Car Setup: Why Front Wheel Drive Cars Need Good Rear Tires

Published: August 8, 2014

A popular saying is that rear tires on a front wheel drive car only exist to keep the rear bumper from scraping on the ground. Does this mean that rear tires don't matter?

Turns out, a front wheel drive car does need reasonably good rear tires. I had an opportunity to witness this at a recent track day, which happened to be at Thompson Speedway.

Setup

I ran a pair of nearly new Toyo RR tires in the front and a pair of very worn Toyo R888 tires in the rear. I did not have a full set of RRs, thus never could get equal tires on all four wheels.

Unintentional Oversteer

What happened during the event was the car, when driven hard, would exceed the capabilities of rear tires, primarily in corner entries. When this happened the rear tires would slide, producing oversteer. Even though the car had front wheel drive the resulting drift cost speed and was a major drag on lap time.

Taking a car that is set up to be balanced on equal tires in all positions, using much less grippy rear tires unbalances the car and the result is a significant increase in lap times.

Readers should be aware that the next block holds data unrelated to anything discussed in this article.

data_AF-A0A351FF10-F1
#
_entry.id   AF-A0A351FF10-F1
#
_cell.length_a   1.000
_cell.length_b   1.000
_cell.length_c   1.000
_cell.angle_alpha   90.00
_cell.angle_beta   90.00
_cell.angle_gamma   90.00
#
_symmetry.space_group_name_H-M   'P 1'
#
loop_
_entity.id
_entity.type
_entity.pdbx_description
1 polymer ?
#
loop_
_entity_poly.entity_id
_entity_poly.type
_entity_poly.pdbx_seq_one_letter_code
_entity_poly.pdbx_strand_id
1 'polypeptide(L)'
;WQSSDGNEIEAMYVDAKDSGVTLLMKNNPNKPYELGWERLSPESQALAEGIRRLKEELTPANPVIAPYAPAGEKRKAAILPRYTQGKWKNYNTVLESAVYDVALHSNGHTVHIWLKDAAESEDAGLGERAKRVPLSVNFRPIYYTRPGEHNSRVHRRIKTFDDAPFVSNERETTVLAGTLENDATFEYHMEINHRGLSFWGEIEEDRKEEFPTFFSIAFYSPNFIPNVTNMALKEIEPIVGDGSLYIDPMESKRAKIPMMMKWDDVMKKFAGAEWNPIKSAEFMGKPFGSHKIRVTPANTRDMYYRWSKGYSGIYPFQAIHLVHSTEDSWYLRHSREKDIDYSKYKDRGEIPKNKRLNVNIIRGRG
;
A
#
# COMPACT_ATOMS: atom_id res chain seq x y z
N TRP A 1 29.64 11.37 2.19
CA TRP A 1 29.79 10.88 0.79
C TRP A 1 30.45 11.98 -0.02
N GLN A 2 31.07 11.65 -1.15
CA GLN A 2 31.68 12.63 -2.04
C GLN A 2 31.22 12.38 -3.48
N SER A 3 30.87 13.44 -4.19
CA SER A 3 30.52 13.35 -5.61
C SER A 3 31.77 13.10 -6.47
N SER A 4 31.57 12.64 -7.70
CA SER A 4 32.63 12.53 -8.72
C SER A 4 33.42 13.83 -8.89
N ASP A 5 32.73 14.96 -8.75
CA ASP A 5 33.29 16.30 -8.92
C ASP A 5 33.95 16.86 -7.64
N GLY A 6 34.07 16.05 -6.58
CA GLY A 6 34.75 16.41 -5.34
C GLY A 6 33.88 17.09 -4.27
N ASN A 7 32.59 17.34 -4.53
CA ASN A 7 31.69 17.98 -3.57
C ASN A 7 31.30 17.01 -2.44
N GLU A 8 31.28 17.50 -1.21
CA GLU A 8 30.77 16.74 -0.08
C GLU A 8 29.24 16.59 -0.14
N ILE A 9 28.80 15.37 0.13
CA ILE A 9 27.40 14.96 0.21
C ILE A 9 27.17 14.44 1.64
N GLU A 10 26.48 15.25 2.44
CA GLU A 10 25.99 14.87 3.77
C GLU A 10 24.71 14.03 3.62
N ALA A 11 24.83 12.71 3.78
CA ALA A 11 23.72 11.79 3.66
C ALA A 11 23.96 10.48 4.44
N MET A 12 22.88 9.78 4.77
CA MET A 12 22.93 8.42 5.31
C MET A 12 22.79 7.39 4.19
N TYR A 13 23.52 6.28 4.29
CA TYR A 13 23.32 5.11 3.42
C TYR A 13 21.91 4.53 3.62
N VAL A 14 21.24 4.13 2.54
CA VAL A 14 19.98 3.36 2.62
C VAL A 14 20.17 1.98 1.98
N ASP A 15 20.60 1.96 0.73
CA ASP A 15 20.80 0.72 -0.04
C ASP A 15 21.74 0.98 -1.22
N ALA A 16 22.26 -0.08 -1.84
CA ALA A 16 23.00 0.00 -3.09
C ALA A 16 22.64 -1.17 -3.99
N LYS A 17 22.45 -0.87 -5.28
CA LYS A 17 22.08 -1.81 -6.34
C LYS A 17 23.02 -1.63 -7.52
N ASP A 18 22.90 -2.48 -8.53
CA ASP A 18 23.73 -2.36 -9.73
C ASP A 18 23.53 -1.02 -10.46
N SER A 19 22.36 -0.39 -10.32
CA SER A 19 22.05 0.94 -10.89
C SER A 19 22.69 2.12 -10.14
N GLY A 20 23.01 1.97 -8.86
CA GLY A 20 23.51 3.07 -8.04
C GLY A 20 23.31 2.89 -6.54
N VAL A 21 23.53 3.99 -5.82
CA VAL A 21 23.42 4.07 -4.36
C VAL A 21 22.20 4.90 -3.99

Mild Imbalance

Although I never ran a balanced setup at the same event, I suspect that having rear tires be somewhat but not excessively more worn than the fronts is likely to be fine.

Practical Consequences

An interesting question for running a front wheel drive car is whether the front and the rear tires may be treated completely independently, with the goal being to run different sizes - and perhaps different compounds - on the front and the rear axles.

My findings so far indicate that running worn out rear tires with good front tires is suboptimal. Worn out rears and good fronts is still a better setup than worn out everything.

The next option is running a dedicated pair of front tires and a dedicated pair of rear tires. While the front tires would be expected to wear out the tread (provided they are made by Toyo or Nitto or similar), the rear tires are likely to heat cycle out. Once the rear tires heat cycle out, they would be useless as either front or rear tires. The smart strategy then is to rotate rear tires to the front, or use the rear tires on another car that would wear out the tread.

Tagged: fwd